02:50 GMT24 July 2021
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    Nuradli Wublikas, a young Uyghur man from Kashi in northwestern China's Xinjiang region, is seeking to sue a think tank, the Australian Strategic Policy Institute (ASPI) for its report on so-called forced labour in China's Xinjiang, because the ASPI report has hurt the image of the Uyghur group and undermines their employment opportunities.

    "We want them to stop slandering my hometown and to apologise for having defamed us", said Nuradli.

    In April, led by the 26-year-old Nuradli, a group of young Uyghur people living in Changsha, the capital of central China's Hunan Province, co-authored a joint letter and called on more Uyghur people whose interests have been hurt by ASPI's report on so-called forced labour in China to join their activities to sue the Australian think tank.

    In February 2020, ASPI released a report claiming that the Chinese government "forced" the massive labour transfer of Uyghur people from the Xinjiang region to factories in other cities in China. The report was cited by many Western media outlets, which turned a blind eye to the fact that the report had been refuted by China for its loopholes and slander.

    In November 2020, the US Commerce Department announced sanctions on Chinese companies over allegations of "forced labour".

    "I noticed my hometown Xinjiang has long been slandered. After hearing the news on ASPI's report, I found it and read through it with the help of a translator", Nuradli told the Global Times.

    Nuradli was filled with anger and indignation after reading the report. "The report is full of lies! I was born and grew up in Xinjiang and know so many Uyghurs living and working in other cities across the country, and no one is 'forced' to work outside! It really made me angry that we Uyghurs are portrayed by the Australian think tank report as lazy people who need to be 'forced' to work", the young man said.

    "Those who wrote the report know little about Xinjiang's real situation…", said Nuradli. "There is a lot of surplus labour in villages and people are willing to work outside. A friend of mine worked in other cities outside Xinjiang for a year and earned enough money to build a new house. And after another year of working, he had the money to marry his girlfriend".

    He noted that in sharp contrast to the ASPI report's allegations of "forced labour", people from Xinjiang who choose to work in other Chinese cities are making their own decisions as to where they go to work and what kind of jobs they do. Those who want to start their own businesses in other cities also enjoy many favourable policies.

    "Take myself as an example. After graduating from Jishou University in 2018, I started my own e-commerce business named Haobalang selling Xinjiang food. Since I began trying to start my business when I was in university, my teachers, the university and local government of Zhangjiajie [where Jishou Univerisity is located in central China's Hunan Province] have helped me a lot", Nuradli said.

    Haobalang literally means "good boy" as "balang" is boy in the Uyghur language.

    Xinjiang dancers look as they prepare to perform a culture dance before a press conference by Shohrat Zakir, chairman of China's Xinjiang Uighur Autonomous Region, at the State Council Information Office in Beijing, Tuesday, July 30, 2019. The governor of China's far-northwestern region of Xinjiang is defending controversial re-education centers in the region as an effective deterrent against terrorism and religious extremism. (AP Photo/Andy Wong)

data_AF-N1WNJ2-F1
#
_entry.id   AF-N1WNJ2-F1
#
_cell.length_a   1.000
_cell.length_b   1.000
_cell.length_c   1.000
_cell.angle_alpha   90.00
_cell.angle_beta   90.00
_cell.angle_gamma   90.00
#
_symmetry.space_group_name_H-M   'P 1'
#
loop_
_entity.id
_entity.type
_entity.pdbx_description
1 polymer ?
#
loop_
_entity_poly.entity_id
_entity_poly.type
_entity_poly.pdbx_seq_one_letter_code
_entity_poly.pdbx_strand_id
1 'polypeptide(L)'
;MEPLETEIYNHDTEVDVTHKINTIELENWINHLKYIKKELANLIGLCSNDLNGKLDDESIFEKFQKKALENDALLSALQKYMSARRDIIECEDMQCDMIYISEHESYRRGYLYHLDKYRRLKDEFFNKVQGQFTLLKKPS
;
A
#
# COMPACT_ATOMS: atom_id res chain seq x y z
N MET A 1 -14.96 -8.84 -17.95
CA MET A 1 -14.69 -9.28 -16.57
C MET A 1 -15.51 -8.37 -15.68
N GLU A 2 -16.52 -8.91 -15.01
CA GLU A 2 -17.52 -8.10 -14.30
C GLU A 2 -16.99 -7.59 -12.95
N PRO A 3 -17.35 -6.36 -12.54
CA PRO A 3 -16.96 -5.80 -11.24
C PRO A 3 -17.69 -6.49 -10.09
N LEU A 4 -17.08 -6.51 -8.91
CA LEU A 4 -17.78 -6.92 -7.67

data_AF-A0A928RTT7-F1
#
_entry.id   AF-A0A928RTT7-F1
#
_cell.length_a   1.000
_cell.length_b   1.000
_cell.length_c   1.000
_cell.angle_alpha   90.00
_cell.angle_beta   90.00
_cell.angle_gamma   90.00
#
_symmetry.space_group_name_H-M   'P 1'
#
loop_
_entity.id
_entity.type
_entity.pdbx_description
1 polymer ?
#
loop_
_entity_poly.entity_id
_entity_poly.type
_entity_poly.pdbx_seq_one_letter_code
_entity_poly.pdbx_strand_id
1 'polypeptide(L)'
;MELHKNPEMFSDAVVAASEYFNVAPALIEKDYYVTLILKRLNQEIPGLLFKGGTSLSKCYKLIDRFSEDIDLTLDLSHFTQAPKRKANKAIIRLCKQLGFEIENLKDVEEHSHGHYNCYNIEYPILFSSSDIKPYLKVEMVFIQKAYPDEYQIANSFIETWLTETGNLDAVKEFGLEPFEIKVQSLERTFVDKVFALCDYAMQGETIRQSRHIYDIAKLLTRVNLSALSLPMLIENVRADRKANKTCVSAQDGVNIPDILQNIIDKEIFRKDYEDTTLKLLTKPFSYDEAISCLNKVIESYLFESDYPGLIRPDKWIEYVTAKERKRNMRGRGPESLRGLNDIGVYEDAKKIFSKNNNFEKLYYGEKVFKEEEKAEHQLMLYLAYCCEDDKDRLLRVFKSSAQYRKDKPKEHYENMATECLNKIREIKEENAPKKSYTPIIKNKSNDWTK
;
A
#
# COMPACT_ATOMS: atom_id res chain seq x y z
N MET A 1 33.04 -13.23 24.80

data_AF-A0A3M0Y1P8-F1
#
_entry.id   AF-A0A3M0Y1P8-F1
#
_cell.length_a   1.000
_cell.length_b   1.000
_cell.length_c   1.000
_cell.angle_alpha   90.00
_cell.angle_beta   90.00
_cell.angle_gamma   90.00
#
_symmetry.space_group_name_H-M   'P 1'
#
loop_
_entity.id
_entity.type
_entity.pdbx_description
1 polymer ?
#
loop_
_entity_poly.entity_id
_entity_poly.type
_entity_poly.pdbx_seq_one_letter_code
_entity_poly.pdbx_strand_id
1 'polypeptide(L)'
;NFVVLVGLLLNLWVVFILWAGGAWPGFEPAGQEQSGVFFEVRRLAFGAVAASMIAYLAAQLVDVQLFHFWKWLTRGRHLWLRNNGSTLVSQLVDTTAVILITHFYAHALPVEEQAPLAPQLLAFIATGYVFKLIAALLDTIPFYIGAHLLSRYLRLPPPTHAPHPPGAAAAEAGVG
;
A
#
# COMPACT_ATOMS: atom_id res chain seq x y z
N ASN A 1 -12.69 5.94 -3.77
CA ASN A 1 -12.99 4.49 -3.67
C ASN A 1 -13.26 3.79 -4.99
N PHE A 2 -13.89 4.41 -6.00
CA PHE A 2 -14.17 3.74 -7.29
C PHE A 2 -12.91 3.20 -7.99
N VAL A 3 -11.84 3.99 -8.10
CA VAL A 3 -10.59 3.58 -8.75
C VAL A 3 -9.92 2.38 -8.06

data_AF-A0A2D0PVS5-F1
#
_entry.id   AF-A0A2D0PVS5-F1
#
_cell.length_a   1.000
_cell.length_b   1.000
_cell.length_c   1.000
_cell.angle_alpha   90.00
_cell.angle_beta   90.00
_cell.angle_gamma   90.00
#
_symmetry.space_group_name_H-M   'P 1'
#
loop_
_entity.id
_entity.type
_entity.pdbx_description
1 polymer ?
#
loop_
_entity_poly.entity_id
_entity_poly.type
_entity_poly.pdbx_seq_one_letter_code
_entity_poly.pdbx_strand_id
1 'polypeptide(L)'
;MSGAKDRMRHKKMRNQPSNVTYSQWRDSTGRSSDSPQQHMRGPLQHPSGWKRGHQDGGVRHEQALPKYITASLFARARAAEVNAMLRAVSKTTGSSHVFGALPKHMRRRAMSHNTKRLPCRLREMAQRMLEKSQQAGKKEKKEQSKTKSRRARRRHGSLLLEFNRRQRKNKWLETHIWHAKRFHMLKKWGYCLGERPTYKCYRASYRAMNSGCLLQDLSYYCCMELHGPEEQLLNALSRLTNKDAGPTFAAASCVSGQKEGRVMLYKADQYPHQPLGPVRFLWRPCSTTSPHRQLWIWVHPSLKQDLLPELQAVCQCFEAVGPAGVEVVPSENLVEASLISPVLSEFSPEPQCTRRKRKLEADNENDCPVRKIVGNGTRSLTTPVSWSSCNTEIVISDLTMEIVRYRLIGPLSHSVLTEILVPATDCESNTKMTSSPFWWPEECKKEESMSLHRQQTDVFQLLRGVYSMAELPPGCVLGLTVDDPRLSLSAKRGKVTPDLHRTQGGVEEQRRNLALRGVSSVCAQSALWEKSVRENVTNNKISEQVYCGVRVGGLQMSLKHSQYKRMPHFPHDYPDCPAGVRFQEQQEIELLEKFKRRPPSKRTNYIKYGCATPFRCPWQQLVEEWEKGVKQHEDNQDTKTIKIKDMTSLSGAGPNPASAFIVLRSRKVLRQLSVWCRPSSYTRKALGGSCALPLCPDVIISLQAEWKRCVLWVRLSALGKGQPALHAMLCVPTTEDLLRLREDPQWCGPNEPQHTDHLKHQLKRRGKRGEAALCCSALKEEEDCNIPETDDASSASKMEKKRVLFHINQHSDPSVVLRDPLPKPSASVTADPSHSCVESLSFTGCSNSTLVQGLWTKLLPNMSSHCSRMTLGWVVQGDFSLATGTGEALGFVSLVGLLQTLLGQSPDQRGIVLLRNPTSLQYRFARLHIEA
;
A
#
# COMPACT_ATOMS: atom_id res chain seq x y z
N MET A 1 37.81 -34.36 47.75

© AP Photo / Andy Wong
    Xinjiang dancers look as they prepare to perform a culture dance before a press conference by Shohrat Zakir, chairman of China's Xinjiang Uighur Autonomous Region, at the State Council Information Office in Beijing, Tuesday, July 30, 2019.

    In addition to damaging the Uyghurs' image and dignity, the ASPI's slander also undermines Uyghurs' rights, Nuradli pointed out

    "One senior student who graduated from my university told me that he was sacked from a foreign trade corporation, as the US purchasing agent asked this company and other partners to look into the 'forced labour' of Uyghurs. Although these companies hired Uyghur employees in accordance with laws and regulations, they decided to sack them to avoid possible risks or sanctions from the US. We, Uyghurs' rights for development and employment have been undermined", said Nuradli.

    Apart from ASPI, some think tanks and individuals from the West and the US have actively joined the campaign to slander China over so-called forced labour in its Xinjiang region, and have cited the untenable allegation to ban products, especially cotton, from the region.

    In April, a court in the Kashi Prefecture of Xinjiang accepted the lawsuit of a local yarn company named Xiongying to sue the infamous anti-China German "scholar" Adrian Zenz for his reports on so-called forced labour, as Zenz's reports have severely damaged the company's reputation and caused economic losses.

    The Global Times also learned from sources that more companies and individuals that have been affected by the "forced labour" hype and the ensuing sanctions, including labour services companies, are preparing to use the law to protect their interests.

    The article was originally published in the Global Times. 

    think tank, Uyghurs, Xinjiang Uygur Autonomous Region, China
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